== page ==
UX Case Study
The Pottery Shed
Helping customers make bookings and progress through the steps of ceramic pottery-making
Design a mobile app
Engage new and existing customers
Determine if a mobile app is the most effective solution
Meet the team
Our team worked collaboratively for the entire project, while:
I took the lead for survey questions and research synthesis
William took the lead for design
Ann took the lead for client and project management
We investigated whether the project brief would satisfy The Pottery Shed's business goals and customer needs. Research data was analysed to determine an ideal design.
2 Weeks in Sep 2017
MY KEY ROLES
The Pottery Shed is a ceramics studio that runs classes for new customers and sessions for experienced customers to work on their own projects
To have an unbiased experience of the customer journey, our team attended a beginners lesson before interviewing the client. From interviews and surveys, the areas affecting customer satisfaction were the booking system, vouchers and project tracking
Success means converting new customers into long-term customers. Only 1% of customers make pottery a long-term commitment
A mobile website design was needed. 92% of 167 users preferred using a smartphone or tablet device which the current website is not optimised for
An interactive prototype was designed, tested and reiterated. User testing feedback indicated education and terminology needed to be refined
Our team started the project with a brainstorming activity and conducted desktop research to understand who The Pottery Shed are.
We found several areas of interest that needed investigating. This helped inform our interview and survey questions.
To understand how users interact with The Pottery Shed, we conducted an online search and discovered the following:
Click image to view brainstorm
Website for online booking and payment
Non-responsive mobile website
Facebook page with active posts
4.5/5 rating from 24 google reviews
Guerilla testing the current website
To get an idea of how well the current website performed, we tested with 5 new users on both the mobile and desktop site.
The main findings were:
Text is too small on both mobile and desktop
No information on classes
Difficulty finding available times
Too much scrolling on booking screen
We attended the first beginners "Throwing" class ourselves to learn of the finer details of the pottery-making experience. After our class, we took the opportunity to interview customers and staff. From the class, we learned of the progressive steps of pottery, the project tracking system and the project storing process.
Pottery is a progressive process
The entire process of completing a piece of pottery is taught in the order of 3 separate classes: Throwing, Trimming and Glazing. Customers are notified via email when their projects are close to expiring. Any expired greenware is recycled for its clay and expired bisqueware is given to charity.
- mould wet clay to shape
- dries to become greenware
- 30 days expiry
- carve details and texture
- fired to become bisqueware
- 60 days expiry
- paint and seal with glaze
- fired to become glazeware
- finished product
Understanding the project storing system
iPads are available for signing in and tracking pottery projects. Work in progress is recorded on the iPad tracking system and labelled on the correct shelf location.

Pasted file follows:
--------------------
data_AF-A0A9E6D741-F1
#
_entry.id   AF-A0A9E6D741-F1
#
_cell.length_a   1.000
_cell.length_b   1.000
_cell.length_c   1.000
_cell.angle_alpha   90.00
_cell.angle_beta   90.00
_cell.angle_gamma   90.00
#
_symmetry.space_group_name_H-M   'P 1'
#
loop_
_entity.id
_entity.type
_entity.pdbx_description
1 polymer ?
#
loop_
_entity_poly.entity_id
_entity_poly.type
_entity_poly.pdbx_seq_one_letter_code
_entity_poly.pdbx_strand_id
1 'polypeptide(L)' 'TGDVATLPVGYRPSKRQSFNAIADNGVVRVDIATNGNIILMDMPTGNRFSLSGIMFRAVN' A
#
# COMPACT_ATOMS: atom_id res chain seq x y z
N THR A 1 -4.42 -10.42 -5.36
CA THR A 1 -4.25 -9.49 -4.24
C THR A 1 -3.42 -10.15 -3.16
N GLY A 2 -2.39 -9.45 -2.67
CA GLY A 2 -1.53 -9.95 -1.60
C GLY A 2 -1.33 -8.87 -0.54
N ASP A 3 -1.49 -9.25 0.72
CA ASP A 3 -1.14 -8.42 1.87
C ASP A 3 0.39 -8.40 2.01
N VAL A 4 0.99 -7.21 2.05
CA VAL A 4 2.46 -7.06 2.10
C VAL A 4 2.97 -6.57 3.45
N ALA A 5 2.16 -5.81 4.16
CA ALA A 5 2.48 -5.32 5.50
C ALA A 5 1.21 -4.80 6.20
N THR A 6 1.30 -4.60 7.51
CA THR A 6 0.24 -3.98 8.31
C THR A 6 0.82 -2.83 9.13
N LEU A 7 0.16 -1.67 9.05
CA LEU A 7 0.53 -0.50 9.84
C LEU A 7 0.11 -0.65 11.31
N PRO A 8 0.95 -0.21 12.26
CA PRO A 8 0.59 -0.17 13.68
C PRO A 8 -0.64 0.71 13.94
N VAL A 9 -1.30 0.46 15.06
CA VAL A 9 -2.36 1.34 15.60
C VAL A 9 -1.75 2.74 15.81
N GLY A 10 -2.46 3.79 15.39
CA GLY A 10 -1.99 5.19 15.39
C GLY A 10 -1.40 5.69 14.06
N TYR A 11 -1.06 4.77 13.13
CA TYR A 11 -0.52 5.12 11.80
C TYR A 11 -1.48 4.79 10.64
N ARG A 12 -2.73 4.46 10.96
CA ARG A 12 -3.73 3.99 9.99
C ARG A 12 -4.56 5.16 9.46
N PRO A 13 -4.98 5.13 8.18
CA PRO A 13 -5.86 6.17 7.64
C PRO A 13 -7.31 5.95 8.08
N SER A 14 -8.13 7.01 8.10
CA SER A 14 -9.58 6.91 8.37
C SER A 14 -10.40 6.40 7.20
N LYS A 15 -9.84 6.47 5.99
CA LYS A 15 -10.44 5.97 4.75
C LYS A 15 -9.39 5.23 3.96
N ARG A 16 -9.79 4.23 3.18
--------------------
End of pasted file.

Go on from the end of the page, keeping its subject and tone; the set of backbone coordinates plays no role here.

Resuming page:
iPad Sign In and Project Tracking
Kiln and Clay Recycling
Hover over image to see description
What real users have to say
We talked to 8 users on-site and found the following:
"There is a missing opportunity to handle digitally"
Vouchers are manually kept on file and marked off by the customer by their own honesty
"Let me pay and purchase vouchers anywhere, anytime"
10-Session vouchers can only be purchased in-store and are not advertised on website
"...not been notified by email and my pots were recycled"
Tracking system only accessible on-site and not available via the website
"I have to wait till I get to work to book sessions. That's the only time I'm on a computer. It would be easier if the website were mobile friendly because I have my phone with me all the time"
One customer double-booked as the website is not responsive for mobile and contains small font which is difficult to read
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167 survey responses
We conducted a survey on Google Forms to get quantitative data on who our customers were and to validate feedback from our interviews. The survey was facilitated by the owner, Joe via facebook and received 167 responses.
Try something new
Currently book on desktop
Prefer to book on mobile device
A mobile website design is needed
New and current users would benefit more from a mobile website than an app because:
There is a gap between 92% of respondents wanting to book via mobile device and how they are currently booking
the website is the first touch point in a customer’s journey
Aligning to business goals
After gaining insight into the customer experience, we wanted a better understanding of business goals. We drew up a business model canvas and interviewed Joe, the owner of The Pottery Shed.
Some key points from the interview with Joe were:
The art is the goal
Teach the art of traditional pottery in a casual manner
Already attracting new customers
Classes are usually 80% booked weeks in advance
Google brings over 20,000 hits to the website
Success = return customers
20% of customers purchase 10-session vouchers